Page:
when you wanna, gotta know more...
A bit of the philosophy behind Swap-O-Rama-Rama, written in 2003
It is each generations birthright to inherit the ideas of those who came before and leave behind the voice of their time. The inheritance is dual in nature. Gifted with thousands of years of innovation and an abundant planet received at little cost we also find ourselves the captives of thought patterns that have outlived our time. Observation proves that ideas old and new are held in place by structures that order our world: governments, religious institutions and now more than ever corporations. Generation after generation people struggle with these systems as they try to express their uniqueness, adding a distinct fingerprint to an ever-evolving picture of what it is to be human.
Our inheritance is a complicated one. Today corporations hold in place a hearty structure that contorts the nature of reality into a peculiar form created by one motive, capital. The human experience is meticulously determined by geniuses of psychology and marketing. They work for geniuses of capital. Disguised as choices, we are being asked to do primarily one thing, consume. As inheritors of the mega-mall the spirit of our generation looks for its voice through advertisements, and isles of products.
Industry offers us innovations, if youre lucky enough to live in wealthy country, and material goods can be found in a variety unmatched in history and this would appear on first glance to be a great abundance. Yet world struggles, war and impending environmental disaster have made clear even to the most resistant that material abundance comes at a great cost. The days of naivete are over. The blandness that industry permeates requires a great deal more than our dollars, it asks that we give up our very humanness: knowledge, compassion, community, creativity and our innate connection to all that is natural and innate.
Commodification breeds ignorance. The wheels of the machine of capital, the never ending production, buying and selling of goods requires that people buy objects rather than make them. Simply put makers are not good consumers. The less we know the more we buy. In our time creativity and independence are not profitable, ignorance is! And so we find ourselves a culture of helplessness unable to perform the simplest of tasks, hemming a skirt, or fixing a flat tire, growing food. The skill involved in the making of things, once viewed as a creative endeavor, passed down lovingly from generation to generation are now left to the machine which manufactures most of the goods we use today. The average person is ill equipped to make or fix anything. So far removed we are from the skills required to care for ourselves, growing food, producing power, building a home, that if ever the structures weve become so dependent on should fail our very lives would be in jeopardy.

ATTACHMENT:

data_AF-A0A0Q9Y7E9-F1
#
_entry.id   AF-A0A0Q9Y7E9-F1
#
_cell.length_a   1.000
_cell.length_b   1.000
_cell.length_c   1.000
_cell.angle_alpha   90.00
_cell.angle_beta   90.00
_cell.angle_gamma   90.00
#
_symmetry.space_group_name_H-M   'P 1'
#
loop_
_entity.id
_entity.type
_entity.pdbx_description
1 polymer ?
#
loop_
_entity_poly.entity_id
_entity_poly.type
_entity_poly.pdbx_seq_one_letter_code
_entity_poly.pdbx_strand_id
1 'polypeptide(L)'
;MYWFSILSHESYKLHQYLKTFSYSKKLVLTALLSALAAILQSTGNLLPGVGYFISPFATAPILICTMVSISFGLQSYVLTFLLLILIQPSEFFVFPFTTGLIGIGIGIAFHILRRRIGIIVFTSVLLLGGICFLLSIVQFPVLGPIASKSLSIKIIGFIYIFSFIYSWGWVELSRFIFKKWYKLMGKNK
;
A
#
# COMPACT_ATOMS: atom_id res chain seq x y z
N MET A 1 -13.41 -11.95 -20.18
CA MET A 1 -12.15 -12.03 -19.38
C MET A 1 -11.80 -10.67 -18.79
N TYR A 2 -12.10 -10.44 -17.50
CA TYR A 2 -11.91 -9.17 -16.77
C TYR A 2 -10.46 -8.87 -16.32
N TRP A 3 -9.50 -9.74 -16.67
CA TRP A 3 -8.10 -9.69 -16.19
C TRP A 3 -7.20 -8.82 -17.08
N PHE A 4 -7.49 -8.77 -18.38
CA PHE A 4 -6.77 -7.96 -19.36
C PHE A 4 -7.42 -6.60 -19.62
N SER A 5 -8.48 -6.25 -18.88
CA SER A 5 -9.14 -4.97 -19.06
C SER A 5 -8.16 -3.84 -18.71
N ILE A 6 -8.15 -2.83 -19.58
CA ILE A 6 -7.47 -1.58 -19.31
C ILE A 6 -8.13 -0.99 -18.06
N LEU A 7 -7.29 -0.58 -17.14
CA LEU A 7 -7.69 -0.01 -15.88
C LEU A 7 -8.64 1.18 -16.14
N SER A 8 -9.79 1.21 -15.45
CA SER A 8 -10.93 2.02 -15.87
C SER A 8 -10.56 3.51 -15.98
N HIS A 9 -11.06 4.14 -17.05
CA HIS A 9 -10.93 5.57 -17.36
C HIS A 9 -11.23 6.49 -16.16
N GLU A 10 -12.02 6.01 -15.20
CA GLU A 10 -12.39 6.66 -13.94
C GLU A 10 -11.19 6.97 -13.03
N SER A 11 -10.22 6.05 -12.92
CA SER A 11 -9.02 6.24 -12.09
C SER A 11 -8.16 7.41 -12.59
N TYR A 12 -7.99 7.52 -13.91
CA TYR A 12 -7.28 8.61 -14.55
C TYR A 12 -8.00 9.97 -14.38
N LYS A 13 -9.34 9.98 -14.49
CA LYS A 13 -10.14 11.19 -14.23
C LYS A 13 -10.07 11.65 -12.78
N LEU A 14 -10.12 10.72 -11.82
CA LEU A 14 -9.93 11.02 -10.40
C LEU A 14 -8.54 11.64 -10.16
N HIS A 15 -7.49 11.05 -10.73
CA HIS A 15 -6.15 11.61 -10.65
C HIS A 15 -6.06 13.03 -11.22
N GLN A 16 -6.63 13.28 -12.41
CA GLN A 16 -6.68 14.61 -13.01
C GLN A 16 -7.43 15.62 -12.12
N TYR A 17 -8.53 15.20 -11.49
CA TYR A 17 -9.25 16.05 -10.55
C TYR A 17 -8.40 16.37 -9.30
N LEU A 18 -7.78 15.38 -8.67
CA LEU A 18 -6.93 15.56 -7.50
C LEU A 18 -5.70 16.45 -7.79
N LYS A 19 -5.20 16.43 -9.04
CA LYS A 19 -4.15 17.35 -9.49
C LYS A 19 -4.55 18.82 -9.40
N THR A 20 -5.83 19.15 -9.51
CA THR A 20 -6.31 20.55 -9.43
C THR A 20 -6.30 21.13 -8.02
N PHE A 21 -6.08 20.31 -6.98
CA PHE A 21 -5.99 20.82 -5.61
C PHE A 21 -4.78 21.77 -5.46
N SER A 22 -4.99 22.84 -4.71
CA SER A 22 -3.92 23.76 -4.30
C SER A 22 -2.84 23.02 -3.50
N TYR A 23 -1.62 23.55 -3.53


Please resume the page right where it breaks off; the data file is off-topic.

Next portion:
But Industry would have us believe that our role is creative. Consumers are asked to view shopping as a creative endeavor, when in actuality only the designers and engineers of things play a creative role even if limited by the constraints of profit margins. The consumers creativity is simply selection. We interpret. We choose between things, between styles, between prepackaged lifestyles that we are each to find ourselves residing in chosen from a predetermined set designed by marketing, and this is the means to which we’re asked to express our uniqueness.
After we play our part and buy our goods we continue to do the work of industry as we transform our very selves into advertising billboards that tote logos and labels on all areas of the body and on goods used in all aspects of living. Branding does a whole lot more than assist in the selling of goods. It creates distinct social divisions. Labels broadcast the spending power of the individual. And so consumers are separated into visible categories that reflect the size of their wallet rather than the expanse of their creativity.
Should we question our role in this process we are reminded that the making of things prevents us from having leisure time. Why spend an hour hemming your pants when you can pawn it off on someone else and obtain more free time for yourself? What follows is the question, what does one do with all that leisure time? The answer of course is we shop. In exchange for our creativity we engage in an entirely uncreative endeavor that offers packaged promises, false experiences and a multitude of ways to escape understanding ourselves through the buying of meaningless objects. These products have come to represent our fears and our unhappiness, each one a small and impotent band-aid applied to fast spreading disease - consumerism.
Often the consumer digs for meaning by purchasing more and more hoping to fill an innate yearning. Yet the more we buy the clearer it becomes that these objects can fill our homes but not our hearts. Industry does its best to turn the meaningfulness into myth. Trend molests whatever we make precious. Little plastic Buddha’s swim down factory conveyer belts along with music, culture and art which have been pumped through the commodification grinder.
Less than a hundred years ago things were quite different. What people owned is what they created or what someone they knew created for them. Imbued with the stories of our lives our material goods embodied our creativity and spoke of our community. Before the industrial revolution objects were not likely be tossed to the trash like the heaps of plastic that line our streets and overload landfills today. These objects were made of sacred stuff, the energy and intention of people. You could say that one difference between 100 years ago and today is that 100 years ago we were all makers, that is we made the objects that filled the landscape of our material existence. In less than 100 years we've lost sight of the discovery that the making of things is not an activity to be avoided in order to attain leisure, but rather a playful and leisurely endeavor unto itself.